and the Treasury on the wider Civil Service
Reform plan and implement the TSol
Action Plan to deliver specific strands
within TSol, for example through continued
implementation of Civil Service HR; delivery
of the Government’s Digital Strategy within
TSol via the transition of the TSol and BV
websites onto a single government site;
and delivery of visual and cultural changes
to TSol branding to deliver the Government
Unified Brand.
• Provide best quality legal services for
our clients demonstrating best value for
money
We will continue to deliver quality legal
services for clients at reduced costs. We
will maintain Lexcel Accreditation and the
existing high levels of client satisfaction as
measured by the client survey. We will invest
in and enhance our knowledge management
systems and capability and continue to look
for innovative solutions to further improve
the quality and efficiency of our service,
both for now and for the larger TSol.
• Provide a working environment which
supports our people on training and
career development to ensure TSol
attracts and retains the right staff to
meet client needs.
We will offer high quality, interesting and
high profile work with sharing legal services
providing a wider range of development and
progression opportunities. We will deliver
the first year of the Career Development
and Talent Management strategies,
provide access to a wide range of learning
opportunities, implement and embed the
new Civil Service Competency Framework,
and respond to the feedback from the 2012
People Survey.
We shall additionally continue to contribute to
the Government’s agenda on sustainability,
equality and transparency.
Performance Measures
The performance measures we have agreed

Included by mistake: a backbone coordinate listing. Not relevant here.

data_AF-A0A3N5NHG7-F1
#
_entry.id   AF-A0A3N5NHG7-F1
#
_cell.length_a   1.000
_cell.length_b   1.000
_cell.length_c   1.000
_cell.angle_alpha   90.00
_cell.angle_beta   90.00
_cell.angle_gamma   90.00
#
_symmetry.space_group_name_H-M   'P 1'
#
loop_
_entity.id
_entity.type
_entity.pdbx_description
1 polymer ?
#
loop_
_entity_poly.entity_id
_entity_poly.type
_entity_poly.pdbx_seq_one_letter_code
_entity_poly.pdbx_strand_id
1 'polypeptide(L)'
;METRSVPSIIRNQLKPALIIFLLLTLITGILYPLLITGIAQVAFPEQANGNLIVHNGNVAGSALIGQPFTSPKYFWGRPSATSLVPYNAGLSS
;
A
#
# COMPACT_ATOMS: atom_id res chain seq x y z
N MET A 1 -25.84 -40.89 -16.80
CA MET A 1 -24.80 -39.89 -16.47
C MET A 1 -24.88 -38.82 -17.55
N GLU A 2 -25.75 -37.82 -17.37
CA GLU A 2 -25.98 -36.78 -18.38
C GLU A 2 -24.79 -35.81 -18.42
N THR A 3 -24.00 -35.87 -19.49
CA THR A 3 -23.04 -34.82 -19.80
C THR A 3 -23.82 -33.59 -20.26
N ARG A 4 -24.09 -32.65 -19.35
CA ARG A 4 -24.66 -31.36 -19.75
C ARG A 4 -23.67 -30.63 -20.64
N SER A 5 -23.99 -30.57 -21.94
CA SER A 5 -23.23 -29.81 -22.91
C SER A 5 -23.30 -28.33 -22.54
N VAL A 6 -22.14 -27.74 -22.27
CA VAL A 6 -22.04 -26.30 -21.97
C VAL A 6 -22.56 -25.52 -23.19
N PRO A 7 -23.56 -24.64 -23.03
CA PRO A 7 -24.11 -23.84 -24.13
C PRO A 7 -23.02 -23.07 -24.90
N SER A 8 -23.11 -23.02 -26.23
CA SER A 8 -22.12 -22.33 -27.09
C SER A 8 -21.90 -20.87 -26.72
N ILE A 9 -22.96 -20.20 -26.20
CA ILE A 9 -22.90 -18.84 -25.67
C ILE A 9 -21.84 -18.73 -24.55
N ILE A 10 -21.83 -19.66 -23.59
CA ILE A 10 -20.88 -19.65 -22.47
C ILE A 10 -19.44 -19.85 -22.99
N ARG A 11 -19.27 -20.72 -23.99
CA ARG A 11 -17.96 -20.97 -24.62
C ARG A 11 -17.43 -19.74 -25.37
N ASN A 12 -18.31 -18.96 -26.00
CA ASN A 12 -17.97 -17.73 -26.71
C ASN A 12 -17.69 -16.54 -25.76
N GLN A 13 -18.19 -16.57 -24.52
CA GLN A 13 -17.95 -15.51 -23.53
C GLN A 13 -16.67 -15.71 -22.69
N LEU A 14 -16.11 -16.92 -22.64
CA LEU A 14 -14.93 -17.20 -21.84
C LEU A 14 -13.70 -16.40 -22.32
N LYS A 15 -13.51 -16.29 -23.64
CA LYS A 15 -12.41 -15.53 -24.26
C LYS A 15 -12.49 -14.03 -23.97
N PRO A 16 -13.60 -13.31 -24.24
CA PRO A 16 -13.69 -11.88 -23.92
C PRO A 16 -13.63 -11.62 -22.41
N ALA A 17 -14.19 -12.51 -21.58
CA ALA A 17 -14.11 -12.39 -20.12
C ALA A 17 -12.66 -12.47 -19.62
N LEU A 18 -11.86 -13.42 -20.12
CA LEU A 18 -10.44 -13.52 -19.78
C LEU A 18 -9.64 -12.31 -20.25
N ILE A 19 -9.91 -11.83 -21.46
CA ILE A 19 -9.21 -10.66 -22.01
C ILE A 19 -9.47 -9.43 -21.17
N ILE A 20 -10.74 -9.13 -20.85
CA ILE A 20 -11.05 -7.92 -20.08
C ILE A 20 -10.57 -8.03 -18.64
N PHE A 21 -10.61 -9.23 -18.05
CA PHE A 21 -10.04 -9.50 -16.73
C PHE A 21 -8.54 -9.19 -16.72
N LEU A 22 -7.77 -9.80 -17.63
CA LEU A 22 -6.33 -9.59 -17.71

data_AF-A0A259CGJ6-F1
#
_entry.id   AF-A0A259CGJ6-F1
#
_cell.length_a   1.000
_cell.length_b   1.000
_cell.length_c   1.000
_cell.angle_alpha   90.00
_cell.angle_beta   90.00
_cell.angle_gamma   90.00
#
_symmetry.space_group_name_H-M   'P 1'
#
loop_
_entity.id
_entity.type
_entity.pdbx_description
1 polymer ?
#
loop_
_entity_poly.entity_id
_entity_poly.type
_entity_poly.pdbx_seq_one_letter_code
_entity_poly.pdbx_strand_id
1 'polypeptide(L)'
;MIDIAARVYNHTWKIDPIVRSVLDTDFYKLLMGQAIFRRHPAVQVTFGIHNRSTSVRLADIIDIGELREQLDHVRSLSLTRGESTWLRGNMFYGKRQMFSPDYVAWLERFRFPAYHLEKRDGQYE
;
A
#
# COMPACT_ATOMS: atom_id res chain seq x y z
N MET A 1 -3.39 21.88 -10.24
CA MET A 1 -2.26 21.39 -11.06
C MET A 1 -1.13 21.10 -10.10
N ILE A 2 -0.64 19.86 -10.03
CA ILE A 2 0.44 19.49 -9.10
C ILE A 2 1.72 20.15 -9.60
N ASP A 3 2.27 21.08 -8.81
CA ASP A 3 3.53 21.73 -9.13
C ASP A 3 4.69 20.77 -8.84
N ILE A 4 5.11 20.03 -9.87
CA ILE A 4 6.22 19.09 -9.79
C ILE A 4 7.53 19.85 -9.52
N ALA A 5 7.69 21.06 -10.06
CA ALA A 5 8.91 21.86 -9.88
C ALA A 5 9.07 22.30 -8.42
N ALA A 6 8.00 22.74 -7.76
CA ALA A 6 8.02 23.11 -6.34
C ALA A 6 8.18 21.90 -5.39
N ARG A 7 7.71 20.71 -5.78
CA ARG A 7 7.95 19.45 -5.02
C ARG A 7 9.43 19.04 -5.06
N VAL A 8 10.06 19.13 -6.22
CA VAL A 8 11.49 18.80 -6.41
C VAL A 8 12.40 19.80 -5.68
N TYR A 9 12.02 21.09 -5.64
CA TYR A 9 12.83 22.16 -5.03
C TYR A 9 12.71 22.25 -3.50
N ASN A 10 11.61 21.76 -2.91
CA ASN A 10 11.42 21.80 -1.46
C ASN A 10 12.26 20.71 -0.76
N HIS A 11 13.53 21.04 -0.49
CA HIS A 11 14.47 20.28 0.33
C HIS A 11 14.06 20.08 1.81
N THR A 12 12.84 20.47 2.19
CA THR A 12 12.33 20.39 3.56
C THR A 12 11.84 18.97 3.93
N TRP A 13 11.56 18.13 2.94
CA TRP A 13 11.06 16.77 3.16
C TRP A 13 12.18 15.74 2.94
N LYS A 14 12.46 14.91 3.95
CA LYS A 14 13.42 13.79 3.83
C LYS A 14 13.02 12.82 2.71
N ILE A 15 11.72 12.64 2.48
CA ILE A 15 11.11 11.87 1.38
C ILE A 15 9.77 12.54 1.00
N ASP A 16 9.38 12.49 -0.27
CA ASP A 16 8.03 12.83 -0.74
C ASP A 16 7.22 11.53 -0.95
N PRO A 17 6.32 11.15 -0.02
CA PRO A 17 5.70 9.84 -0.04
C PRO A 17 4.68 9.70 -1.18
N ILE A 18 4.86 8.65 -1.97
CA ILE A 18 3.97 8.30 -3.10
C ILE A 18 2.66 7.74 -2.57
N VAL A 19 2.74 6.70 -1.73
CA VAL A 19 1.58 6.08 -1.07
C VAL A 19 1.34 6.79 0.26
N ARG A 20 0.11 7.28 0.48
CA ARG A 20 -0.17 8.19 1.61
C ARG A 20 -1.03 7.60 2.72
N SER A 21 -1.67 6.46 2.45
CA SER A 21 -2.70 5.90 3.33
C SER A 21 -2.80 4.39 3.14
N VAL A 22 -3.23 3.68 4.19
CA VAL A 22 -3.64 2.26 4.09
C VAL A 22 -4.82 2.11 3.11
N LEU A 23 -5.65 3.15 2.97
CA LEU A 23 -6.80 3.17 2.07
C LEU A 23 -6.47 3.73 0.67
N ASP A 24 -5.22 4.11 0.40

with HM Treasury for 2013-14 reflect our
continued commitment to maintain our high
professional standards as well as delivering
excellent client satisfaction.
The measures are:
• To meet client satisfaction ratings
measured by the percentage of clients
rating TSol services as ‘Good’ or
‘Excellent‘.
• To maintain Lexcel (the Law Society’s
Practice Standard) accreditation.
• To recover from clients the full operating
costs of chargeable services.
Treasury Solicitor’s Department Business Plan 2013–14 7
Risks and Opportunities
Our Building on Success strategy was
developed in the face of an uncertain future; it
therefore has to be flexible enough to meet any
unforeseen challenges and problems as they
arise, so we can adapt to meet the needs of
our clients. This flexibility helps our response to
the range of risks and opportunities for TSol in
2013-14:
Greater sharing of legal services: TSol
has a major role to play in the delivery of the
Government’s commitment to sharing of legal
services. The evidence from the expansion
of our employment work and the transfer to
TSol of Defra’s large in house legal team is
that this brings considerable benefits including
greater flexibility and resilience, more efficient
deployment of resources, more opportunities
for savings and improved sharing of knowledge
supporting greater efficiency in providing
legal advice across government. There is a